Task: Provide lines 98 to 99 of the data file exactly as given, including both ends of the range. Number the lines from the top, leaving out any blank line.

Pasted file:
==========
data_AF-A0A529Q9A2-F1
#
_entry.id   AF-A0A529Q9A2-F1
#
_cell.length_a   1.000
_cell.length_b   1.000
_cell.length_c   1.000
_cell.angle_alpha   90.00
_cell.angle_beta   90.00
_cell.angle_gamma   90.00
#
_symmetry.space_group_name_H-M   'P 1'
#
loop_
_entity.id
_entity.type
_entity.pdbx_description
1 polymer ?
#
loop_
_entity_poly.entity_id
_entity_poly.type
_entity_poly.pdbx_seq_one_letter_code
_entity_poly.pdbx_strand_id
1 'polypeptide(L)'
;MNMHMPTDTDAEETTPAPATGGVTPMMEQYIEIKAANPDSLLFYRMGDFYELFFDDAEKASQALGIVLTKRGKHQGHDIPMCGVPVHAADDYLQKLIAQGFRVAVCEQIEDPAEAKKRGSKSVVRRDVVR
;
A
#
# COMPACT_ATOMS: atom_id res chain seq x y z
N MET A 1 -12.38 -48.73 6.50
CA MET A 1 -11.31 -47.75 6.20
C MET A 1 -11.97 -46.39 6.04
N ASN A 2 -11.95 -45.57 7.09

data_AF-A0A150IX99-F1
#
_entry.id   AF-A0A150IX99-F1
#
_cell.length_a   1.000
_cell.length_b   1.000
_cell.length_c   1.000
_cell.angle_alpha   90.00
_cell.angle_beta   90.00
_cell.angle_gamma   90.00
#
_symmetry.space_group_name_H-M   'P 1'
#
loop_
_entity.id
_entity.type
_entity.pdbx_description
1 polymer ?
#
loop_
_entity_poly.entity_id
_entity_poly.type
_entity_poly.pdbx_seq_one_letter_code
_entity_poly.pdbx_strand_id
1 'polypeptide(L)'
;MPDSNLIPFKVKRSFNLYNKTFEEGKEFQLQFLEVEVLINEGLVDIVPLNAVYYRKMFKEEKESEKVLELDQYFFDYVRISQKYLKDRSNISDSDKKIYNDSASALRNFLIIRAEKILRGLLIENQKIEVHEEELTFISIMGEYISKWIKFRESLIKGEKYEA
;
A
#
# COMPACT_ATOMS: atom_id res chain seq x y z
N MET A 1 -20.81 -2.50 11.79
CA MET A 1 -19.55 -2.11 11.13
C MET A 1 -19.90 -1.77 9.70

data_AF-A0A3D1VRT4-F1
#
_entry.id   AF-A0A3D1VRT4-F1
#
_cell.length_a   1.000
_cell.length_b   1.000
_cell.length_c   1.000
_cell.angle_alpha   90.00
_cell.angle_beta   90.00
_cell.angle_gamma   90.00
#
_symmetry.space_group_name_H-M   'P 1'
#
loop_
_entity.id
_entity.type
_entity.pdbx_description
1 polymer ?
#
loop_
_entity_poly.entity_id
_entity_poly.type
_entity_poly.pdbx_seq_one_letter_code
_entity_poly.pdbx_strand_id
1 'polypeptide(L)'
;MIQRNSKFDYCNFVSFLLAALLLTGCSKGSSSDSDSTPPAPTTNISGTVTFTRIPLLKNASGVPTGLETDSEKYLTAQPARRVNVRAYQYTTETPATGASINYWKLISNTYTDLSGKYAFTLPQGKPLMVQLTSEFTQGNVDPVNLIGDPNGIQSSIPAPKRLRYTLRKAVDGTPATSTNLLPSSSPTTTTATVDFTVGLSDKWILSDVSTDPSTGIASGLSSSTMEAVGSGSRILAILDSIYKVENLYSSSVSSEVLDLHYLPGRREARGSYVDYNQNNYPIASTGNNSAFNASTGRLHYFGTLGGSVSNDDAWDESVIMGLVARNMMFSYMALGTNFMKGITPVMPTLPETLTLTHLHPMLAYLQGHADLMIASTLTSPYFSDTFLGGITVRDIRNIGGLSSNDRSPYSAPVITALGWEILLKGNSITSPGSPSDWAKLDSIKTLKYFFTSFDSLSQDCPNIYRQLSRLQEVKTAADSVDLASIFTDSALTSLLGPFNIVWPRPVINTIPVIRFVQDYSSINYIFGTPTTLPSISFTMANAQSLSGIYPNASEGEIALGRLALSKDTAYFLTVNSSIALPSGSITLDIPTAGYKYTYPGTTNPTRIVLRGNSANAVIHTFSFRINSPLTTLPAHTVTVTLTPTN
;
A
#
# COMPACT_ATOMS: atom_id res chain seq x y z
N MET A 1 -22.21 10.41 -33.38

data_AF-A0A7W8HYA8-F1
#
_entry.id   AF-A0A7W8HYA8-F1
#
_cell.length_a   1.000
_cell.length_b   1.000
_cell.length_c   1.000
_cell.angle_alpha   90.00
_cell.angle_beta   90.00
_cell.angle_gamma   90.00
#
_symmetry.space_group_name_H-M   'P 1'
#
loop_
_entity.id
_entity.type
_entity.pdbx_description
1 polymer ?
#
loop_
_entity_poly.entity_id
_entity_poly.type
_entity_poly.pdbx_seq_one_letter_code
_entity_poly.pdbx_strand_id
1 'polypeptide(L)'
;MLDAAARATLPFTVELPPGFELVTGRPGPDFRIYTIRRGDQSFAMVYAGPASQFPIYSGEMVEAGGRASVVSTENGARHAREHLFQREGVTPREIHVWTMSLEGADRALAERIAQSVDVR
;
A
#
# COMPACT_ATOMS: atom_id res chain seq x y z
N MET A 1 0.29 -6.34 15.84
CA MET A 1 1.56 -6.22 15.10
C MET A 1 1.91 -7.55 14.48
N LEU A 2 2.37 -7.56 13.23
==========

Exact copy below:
N MET A 1 -22.21 10.41 -33.38

data_AF-A0A7W8HYA8-F1